The Lutheran Reformation transformed this Church-based school system into a new system of public schools that allowed each youngster to prepare for his or her own distinctive Christian calling. In the reformers’ view, the magistrate, as ‘father of the community’, was primarily responsible for the schooling of his political ‘children’. Education was to be mandatory for boys and girls alike. It was to be fiscally and physically accessible to all. It was to be marked by both formal classroom instruction and civic education through community libraries, lectures and other media. The curriculum was to combine biblical and evangelical values with humanistic and vocational training. Students were to be stratified into different classes, according to age and ability, and slowly selected for any number of vocations. The public school was to be, in Philip Melanchthon's famous phrase, the ‘civic seminary’ of the commonwealth, designed to combine deep faith and deep learning.Footnote 27 As the Reformation unfolded in Germany, the local Protestant magistrate replaced the local Catholic bishop as the chief protector and cultivator of the public school and university. The State's civil law replaced the Church's canon law as the chief law governing education. The Bible replaced the scholastic texts as the chief handbook of the curriculum. German replaced Latin as the universal tongue of the educated classes in Germany. The general callings of all Christians replaced the special calling of the clergy as the essence of education.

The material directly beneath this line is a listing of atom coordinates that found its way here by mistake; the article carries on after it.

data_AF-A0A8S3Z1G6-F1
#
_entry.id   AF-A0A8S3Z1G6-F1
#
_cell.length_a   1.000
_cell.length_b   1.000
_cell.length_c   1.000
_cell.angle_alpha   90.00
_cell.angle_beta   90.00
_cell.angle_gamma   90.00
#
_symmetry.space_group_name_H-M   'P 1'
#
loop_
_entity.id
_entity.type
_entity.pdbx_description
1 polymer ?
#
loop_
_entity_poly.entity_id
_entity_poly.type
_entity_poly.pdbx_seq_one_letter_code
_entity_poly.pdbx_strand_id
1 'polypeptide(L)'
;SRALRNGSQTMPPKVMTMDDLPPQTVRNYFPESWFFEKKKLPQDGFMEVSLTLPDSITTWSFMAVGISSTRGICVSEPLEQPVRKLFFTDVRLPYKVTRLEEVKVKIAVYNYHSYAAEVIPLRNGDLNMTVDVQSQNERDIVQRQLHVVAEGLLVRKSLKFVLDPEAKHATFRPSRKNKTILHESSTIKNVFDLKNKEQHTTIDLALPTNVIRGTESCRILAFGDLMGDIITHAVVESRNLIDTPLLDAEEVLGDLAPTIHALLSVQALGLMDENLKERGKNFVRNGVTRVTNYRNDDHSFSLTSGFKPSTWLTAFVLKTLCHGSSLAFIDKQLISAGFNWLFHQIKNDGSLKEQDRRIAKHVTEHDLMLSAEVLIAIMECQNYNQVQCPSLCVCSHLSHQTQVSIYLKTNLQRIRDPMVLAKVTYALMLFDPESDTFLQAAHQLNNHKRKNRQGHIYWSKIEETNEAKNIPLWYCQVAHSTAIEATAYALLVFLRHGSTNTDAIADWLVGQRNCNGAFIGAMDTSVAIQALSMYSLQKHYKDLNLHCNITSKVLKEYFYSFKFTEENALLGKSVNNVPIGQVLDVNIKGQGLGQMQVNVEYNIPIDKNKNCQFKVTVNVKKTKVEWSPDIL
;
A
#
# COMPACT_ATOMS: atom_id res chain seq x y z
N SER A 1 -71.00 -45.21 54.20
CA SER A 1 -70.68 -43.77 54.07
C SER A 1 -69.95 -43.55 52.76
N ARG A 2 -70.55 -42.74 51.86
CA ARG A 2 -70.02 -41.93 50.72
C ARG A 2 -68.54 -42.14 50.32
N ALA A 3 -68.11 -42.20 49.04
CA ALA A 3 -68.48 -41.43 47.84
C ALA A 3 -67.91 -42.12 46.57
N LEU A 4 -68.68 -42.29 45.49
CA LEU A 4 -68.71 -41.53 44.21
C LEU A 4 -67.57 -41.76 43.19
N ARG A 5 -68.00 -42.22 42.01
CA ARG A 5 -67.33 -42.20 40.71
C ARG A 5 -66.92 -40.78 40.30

THE CULTURAL AND LEGAL LEGACY OF THE LUTHERAN REFORMATION

Nearly half a millennium after it first broke out in the little town of Wittenberg, the Lutheran Reformation still exerts influence on Western theology, law and culture. It is worth recounting the familiar but fundamental changes to German spiritual life born of the Reformation. It radically resystematised dogma. It truncated the sacraments. It revamped spiritual symbolism. It vernacularised the Bible and the worship service. It transformed corporate worship and congregational music. It gave new emphasis to the pulpit and the sermon. It expanded catechesis and religious instruction. It truncated clerical privileges and Church properties. It dissolved ecclesiastical foundations and endowments. It outlawed pilgrimages and the cult of religious artefacts. It rejected the veneration of non-biblical saints and the cult of the dead. It outlawed the payment of indulgences and mortuaries. It reduced the number of holy days. It lightened spiritual rules of diet and dress. It reformed ecclesiastical discipline and church administration, and much more. A leaner, cleaner, more participatory and more egalitarian Church emerged as a consequence.